British Grand Prix Weather 2012: Friday Forecast

I usually ease into the pre-event Thursday post by mentioning one or two of the interesting comments that drivers made to the media, or perhaps with a summary line covering the weather for the weekend.  But none of that today, because I am concerned at what is likely to come tomorrow morning.

Camping is a huge aspect of the Silverstone weekend.  Litchlake and the other surrounding sites become extremely busy on the Thursday prior to GP weekend and a lot of people will have successfully set up shop this afternoon, with the hum of generators filling the air by nightfall.

weather symbol

Heavy rain expected for Friday F1 practice

However, there is a flip-side to the romance of doing a full Silverstone race weekend ‘properly’. When heavy rain comes it can be one of the most miserable places in the western world and can turn a fun weekend into a living nightmare – just ask any of the race fans who braved the insane conditions at the circuit back in 2000.

Tonight, it is the campers that I am concerned for.  It will remain mild and muggy this evening as the area of low pressure (now centred just to the south of the Republic of Ireland) drags warm, moist air from the continent and over most of England tomorrow. It will remain dry through the first part of the night, with air temperature dipping no lower than 14 Celsius.

Friday Forecast

The rain will move up from south-east England in the early hours and reach Silverstone by around 03:00-04:00.  As always it will be light at first, but it will quickly develop in the humid air and become heavy, then torrential by approximately 07:00.  If you are camping at the circuit this weekend be prepared for some nasty conditions when you wake up.  Best advice would be to secure tents, awnings and any other fixtures as much as possible, because this won’t be over in just a couple of hours.

Heavy rain will continue through much of the morning.  First practice looks like it’s dead in the water (excuse the pun) given the latest charts. One or two brave souls may test out the conditions but to be honest I expect the circuit to be red flagged before we even get to that stage.  Supporting practice sessions are also unlikely to run in the break between sessions.

Rain will continue through the early afternoon. It won’t be as heavy as the morning deluge, but it will remain very wet around the circuit.  As much as 60-80mm (two to three inches) of rainfall is expected in a 12-hour period, with the system finally clearing away to the north-west by approximately 17:00 or thereabouts.

Squally winds could develop during torrential pulses as they move through, perhaps up to 20-25 mph at times, while air temperature (not that it really matters) will reach 18 degrees Celsius.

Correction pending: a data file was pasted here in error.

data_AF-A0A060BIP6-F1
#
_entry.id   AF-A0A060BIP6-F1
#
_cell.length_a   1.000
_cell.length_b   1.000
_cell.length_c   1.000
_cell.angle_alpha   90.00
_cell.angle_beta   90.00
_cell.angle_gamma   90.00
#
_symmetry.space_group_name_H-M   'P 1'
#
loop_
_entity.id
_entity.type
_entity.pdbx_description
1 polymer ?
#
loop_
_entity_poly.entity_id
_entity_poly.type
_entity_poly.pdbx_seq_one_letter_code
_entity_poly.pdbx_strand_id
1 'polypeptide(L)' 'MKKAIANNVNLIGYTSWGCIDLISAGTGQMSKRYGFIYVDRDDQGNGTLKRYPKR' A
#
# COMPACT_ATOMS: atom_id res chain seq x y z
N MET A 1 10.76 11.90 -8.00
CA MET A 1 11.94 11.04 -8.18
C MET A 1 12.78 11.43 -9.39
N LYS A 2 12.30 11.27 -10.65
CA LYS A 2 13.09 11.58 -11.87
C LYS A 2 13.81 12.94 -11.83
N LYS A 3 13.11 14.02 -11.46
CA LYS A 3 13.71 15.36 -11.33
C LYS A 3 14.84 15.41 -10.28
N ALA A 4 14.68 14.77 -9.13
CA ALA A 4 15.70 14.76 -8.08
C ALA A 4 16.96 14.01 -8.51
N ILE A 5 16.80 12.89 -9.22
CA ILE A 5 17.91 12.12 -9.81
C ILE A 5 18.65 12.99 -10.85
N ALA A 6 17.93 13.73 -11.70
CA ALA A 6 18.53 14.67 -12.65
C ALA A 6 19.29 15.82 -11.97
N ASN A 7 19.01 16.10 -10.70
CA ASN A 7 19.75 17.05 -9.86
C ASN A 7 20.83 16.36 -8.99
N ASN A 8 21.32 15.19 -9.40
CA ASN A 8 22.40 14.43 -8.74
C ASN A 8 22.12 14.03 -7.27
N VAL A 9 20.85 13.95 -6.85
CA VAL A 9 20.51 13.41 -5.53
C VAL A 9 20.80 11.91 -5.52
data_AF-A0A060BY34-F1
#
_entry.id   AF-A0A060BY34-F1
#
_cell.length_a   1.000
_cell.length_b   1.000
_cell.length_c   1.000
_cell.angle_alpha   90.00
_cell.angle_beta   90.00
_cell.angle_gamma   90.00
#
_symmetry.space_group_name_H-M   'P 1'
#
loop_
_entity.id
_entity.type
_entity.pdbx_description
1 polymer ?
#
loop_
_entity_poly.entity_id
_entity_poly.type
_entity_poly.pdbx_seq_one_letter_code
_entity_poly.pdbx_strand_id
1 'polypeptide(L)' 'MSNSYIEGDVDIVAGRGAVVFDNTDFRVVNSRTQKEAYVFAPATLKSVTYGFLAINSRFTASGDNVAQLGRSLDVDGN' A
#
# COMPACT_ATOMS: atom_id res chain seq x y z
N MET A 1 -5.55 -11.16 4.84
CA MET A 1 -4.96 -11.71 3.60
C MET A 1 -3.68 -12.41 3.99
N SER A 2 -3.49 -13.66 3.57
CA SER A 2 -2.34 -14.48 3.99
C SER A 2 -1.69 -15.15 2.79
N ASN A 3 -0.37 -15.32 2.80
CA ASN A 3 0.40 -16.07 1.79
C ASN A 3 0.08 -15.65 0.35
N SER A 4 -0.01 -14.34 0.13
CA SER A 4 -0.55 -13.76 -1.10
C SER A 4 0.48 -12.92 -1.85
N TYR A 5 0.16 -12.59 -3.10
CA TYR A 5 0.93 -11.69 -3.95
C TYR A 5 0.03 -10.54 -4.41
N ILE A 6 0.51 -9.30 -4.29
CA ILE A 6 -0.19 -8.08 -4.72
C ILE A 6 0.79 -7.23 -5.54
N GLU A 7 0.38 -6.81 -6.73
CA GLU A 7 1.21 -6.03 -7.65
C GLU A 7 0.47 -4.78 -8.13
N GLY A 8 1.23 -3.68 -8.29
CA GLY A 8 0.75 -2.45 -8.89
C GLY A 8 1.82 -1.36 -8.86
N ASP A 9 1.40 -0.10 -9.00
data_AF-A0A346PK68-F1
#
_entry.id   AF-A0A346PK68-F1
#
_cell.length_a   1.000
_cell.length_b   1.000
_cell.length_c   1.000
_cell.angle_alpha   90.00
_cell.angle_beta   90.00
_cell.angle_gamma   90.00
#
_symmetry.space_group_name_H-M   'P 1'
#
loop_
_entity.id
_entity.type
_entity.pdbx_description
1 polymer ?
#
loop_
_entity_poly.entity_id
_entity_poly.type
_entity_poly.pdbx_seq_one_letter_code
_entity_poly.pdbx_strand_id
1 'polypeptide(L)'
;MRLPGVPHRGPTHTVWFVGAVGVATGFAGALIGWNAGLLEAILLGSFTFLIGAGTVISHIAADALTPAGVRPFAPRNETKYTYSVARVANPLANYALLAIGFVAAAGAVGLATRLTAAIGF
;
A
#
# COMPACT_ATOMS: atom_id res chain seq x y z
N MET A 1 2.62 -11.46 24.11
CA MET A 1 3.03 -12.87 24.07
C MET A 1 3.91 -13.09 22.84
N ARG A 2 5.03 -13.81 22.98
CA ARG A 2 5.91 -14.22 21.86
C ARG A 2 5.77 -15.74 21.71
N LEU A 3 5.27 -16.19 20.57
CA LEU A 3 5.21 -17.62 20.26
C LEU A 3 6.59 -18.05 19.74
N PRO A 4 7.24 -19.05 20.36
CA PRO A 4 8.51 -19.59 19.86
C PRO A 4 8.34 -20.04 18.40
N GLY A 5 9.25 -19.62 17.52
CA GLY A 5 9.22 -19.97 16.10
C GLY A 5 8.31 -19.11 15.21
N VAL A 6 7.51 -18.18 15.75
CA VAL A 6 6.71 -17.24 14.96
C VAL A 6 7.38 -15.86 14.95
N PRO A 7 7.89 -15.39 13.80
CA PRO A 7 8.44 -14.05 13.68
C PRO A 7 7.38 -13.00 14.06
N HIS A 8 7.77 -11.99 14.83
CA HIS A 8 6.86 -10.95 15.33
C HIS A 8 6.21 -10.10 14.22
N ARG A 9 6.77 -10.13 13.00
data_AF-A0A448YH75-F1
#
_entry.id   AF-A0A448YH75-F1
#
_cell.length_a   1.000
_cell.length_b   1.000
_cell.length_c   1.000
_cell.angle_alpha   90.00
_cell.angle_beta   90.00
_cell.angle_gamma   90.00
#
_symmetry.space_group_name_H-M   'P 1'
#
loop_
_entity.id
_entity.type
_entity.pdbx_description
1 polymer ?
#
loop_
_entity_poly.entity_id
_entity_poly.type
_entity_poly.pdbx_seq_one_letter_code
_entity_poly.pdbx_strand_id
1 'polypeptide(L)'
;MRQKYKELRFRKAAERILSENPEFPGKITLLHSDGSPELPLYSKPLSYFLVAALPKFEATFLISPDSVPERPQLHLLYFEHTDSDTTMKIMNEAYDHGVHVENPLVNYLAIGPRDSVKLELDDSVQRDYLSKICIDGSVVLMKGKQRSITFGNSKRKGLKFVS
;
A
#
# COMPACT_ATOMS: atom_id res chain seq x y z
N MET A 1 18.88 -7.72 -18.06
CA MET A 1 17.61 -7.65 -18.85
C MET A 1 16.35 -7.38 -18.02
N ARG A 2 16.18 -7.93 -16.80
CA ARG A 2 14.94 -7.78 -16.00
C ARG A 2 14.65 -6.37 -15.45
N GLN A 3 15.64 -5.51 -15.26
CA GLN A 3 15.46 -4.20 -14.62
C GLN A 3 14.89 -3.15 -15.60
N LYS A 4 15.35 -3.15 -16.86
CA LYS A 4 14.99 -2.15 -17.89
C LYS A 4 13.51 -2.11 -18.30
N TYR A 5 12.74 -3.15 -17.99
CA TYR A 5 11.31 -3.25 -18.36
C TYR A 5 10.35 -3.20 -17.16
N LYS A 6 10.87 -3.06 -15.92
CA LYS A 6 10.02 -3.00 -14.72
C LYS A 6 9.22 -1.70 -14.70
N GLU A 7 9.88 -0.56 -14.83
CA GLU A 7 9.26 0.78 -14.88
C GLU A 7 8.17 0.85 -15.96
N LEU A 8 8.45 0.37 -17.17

In summary, we are looking at a band of extremely heavy rain moving in by morning, the likelihood of a washed out first session and hopefully some track action (albeit wet) during the afternoon. Good luck if you are at the circuit tomorrow and I hope you manage to make the best of a difficult situation.  I will be tweeting throughout the day with ‘nowcast’ updates on the development of this system as it crosses the region, then I will be back at around 17:00 BST tomorrow on here to reflect on the conditions and look ahead in detail to Saturday’s weather.

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4 thoughts on “British Grand Prix Weather 2012: Friday Forecast

  1. Sounds worrying for tomorrow to say the least. Hopefully the worst of the rain will miss the track. Sounds like a repeat of Monza FP1 2008 (minus the incredibly dark skies, thunder and lightning) where the track and pitlane were literally flooded.

  2. Worrying indeed. This morning the UKMO and GFS models were not alligned together on the exact track of this. GFS alluded to Silverstone catching just the south-west quadrant and that the worst of it would skirt to the north, while UKMO was plugging a direct hit but only for a few hours.

    The 12Z’s came out and both were singing from the same hymn sheet – direct hit and for longer than they had previously indicated. Like you, I hope the worst misses, because campsite-wise we could end up looking like the Friday at Hockenheim in 2000 when the track flooded, fire services were called in to pump out the water and 14 people in the campsite next to the circuit were taken to hospital, apparently after electric shocks.

  3. Well in the grand scheme of things, making sure everyone is safe is more important than whether we see cars on track or not. Naturally I’d like to see them on track, but based on what you’ve said, although it’s over 15 hours until FP1, it sounds like FP1 at least, if not support race sessions and maybe FP2 could be abandoned completely without a single car ending up on track, other than the medical/safety cars doing checks to find out whether it’s possible to allow any actual racing cars on track.

  4. The week before Silverstone I suffer from withdrawal syptoms for the party that is camping at the circuit. I survived 2000 very easily but there was a weekend 07/08? when the rain fell and the wind blew and tents were wrecked and everyone just got soaked. It will be sad if there is no action on Friday for the smug TV viewers but spare a thought for those who have paid good money to fill the stands.

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